Precisely the same result would have been achieved by the applicant doing nothing.*

Thanks for this. It appears to be saying to do nothing if you get an SD by post?

I don't have property or any assests and am not working. Has anybody in similar circumstances ignored the SD and still been taken to a bankruptcy hearing by Capquest or any other DCA?

Also I know Capquest are only acting on behalf of their client, so do they have the authority to take legal action against me?

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Thanks for this. It appears to be saying to do nothing if you get an SD by post?

I don't have property or any assests and am not working. Has anybody in similar circumstances ignored the SD and still been taken to a bankruptcy hearing by Capquest or any other DCA?

Also I know Capquest are only acting on behalf of their client, so do they have the authority to take legal action against me?

 

Hi, firstly I would NOT advise that you ignore any SD that you receive!!

 

If I were in your position, I would almost certainly be ignoring the letter that you currently have.... but if I received a Stat Demand then I would immediately begin the process of having it Set Aside!

 

As slim as the risk of capquest actually taking you to bankruptcy is, I personally would not think it is a risk worth taking and I think that anyone would be incredibly irresponsible to advise you to ignore a Statutory Demand....... unless you are in a position where you would actually rather be made Bankrupt, in which case sit and hope ;)

 

Are CrapQuest likely to take it to Bankruptcy? Probably not!

Is this a risk worth taking? Well that's a personal decision..... I persoanlly don't think so.

 

Cheers

UF


I am rarely around these parts any more. I only stop by when something has come to my attention that has sufficiently annoyed me so as to persuade me to awake from my nap and put in my two pence.

 

I am a final year law student; I am NOT an expert in law. All of my posts are just my opinion. I cannot be held responsible for any outcome whatsoever resulting from any person following the opinions or information contained within my posts. Always seek professional legal advice from a qualified lawyer.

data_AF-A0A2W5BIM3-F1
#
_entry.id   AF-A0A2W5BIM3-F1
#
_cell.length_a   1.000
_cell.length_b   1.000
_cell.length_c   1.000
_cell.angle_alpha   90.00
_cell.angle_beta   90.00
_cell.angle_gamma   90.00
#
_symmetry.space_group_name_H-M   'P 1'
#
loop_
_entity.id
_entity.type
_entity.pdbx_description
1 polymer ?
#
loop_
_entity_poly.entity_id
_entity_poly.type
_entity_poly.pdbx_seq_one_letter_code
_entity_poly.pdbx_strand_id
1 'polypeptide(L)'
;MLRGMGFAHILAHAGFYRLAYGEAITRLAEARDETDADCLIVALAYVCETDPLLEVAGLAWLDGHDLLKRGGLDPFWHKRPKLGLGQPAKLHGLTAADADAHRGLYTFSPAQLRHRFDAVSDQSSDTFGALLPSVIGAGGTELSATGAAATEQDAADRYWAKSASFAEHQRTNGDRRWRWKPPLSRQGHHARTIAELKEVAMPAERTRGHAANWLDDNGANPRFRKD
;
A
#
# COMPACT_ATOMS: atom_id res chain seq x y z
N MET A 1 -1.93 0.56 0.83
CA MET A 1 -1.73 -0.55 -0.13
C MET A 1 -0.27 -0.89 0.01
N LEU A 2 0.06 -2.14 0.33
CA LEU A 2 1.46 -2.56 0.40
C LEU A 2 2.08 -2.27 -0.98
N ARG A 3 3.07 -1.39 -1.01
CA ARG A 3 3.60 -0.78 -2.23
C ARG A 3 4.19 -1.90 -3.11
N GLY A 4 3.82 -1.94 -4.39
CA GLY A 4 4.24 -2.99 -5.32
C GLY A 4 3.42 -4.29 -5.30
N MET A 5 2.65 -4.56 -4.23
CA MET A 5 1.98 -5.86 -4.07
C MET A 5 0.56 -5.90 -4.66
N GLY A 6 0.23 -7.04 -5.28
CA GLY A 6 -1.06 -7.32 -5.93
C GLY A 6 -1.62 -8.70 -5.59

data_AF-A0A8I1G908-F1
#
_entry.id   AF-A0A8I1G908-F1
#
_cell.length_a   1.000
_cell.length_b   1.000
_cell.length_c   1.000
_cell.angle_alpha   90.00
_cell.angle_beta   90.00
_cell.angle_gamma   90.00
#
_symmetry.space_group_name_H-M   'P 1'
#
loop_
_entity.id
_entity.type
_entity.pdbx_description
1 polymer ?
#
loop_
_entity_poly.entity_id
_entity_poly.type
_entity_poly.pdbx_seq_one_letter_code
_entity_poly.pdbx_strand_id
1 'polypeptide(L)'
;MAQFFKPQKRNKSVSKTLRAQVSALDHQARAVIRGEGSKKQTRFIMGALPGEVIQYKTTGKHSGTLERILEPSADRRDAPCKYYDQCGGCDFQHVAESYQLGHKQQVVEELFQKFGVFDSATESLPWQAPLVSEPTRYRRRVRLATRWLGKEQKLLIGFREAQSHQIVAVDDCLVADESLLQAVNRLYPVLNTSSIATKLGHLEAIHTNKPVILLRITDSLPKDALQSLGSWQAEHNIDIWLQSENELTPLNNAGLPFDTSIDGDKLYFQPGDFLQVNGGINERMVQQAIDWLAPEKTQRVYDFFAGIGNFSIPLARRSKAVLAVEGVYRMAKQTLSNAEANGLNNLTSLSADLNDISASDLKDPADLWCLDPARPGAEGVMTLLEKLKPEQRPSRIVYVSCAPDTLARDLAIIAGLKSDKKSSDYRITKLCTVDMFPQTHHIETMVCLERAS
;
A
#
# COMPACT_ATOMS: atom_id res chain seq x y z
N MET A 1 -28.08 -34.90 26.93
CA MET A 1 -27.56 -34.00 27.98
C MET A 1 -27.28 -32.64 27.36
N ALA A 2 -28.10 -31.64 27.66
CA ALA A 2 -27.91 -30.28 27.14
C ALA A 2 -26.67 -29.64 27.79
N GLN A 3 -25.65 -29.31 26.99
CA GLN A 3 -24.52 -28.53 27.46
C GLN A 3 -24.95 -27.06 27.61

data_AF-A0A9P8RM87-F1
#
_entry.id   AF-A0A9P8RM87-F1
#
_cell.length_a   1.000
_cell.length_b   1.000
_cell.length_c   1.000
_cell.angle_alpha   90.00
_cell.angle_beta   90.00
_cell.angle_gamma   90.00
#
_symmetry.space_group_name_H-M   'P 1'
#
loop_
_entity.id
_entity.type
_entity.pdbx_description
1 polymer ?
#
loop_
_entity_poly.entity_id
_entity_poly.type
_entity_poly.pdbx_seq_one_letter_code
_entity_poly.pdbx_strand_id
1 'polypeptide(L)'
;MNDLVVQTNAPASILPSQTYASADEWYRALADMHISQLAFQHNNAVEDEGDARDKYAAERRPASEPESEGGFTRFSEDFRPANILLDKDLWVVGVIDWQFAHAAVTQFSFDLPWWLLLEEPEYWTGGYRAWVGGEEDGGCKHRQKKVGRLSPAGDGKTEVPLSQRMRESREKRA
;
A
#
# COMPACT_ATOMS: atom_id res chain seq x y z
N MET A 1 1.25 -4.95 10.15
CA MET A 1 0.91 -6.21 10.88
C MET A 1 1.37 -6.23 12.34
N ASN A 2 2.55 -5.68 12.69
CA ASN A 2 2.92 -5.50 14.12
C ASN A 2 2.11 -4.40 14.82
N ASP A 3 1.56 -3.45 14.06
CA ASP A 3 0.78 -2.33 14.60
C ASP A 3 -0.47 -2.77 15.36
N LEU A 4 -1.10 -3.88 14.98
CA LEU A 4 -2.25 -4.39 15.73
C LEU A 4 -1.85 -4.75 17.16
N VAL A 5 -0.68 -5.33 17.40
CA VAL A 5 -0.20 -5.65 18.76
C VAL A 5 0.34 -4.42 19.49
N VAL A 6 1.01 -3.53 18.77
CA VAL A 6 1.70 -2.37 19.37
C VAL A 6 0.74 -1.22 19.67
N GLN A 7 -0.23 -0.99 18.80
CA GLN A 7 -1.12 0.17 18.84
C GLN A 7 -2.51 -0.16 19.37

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Have a read through the threads in here - DCA Legal Successes - The Consumer Forums , 1st Credit take people through to bankrupty stage and have recently had restrictions placed on them....if the debt is a credit card/loan debt then i'd send off for a copy of your agreement for good measure.

 

This is the 1st Credit information - The Office of Fair Trading: OFT imposes requirements on 1st Credit over debt collection practices

 

Let us know if you do get a statutory demand...also how old is the alleged debt ?


PLEASE NOTE - I am not a legal expert, what is stated is my own opinion and from what I have learnt from this forum and my own experiences.

 

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How much do you owe

 

They can only pursue bankruptcy on debts over £600. If you owe less than this they can't make you bankrupt.


Andy...

 

 

 

 

 

 

 

 

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Hello Bonzo697, I've had a similar letter to yours with the SD date being next week. Although I have been making regular payments on or before the agreed date, they have writted back saying that no agreement was discussed nor made. Rubbish, if no agreement was made they would have been on my back a lot earlier than now. I have been paying since 2006! This is a very good example of why one must never telephone any DCA and make an oral agreement.

I believe that DCA's are feeling the credit crunch and are sending out both threatening and intimidating letters out of frustration. After all, the owners and staff are really quite thick.

I have sent them a CCA request but, guess what, no reply as yet.


[sIGPIC][/sIGPIC]

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How much do you owe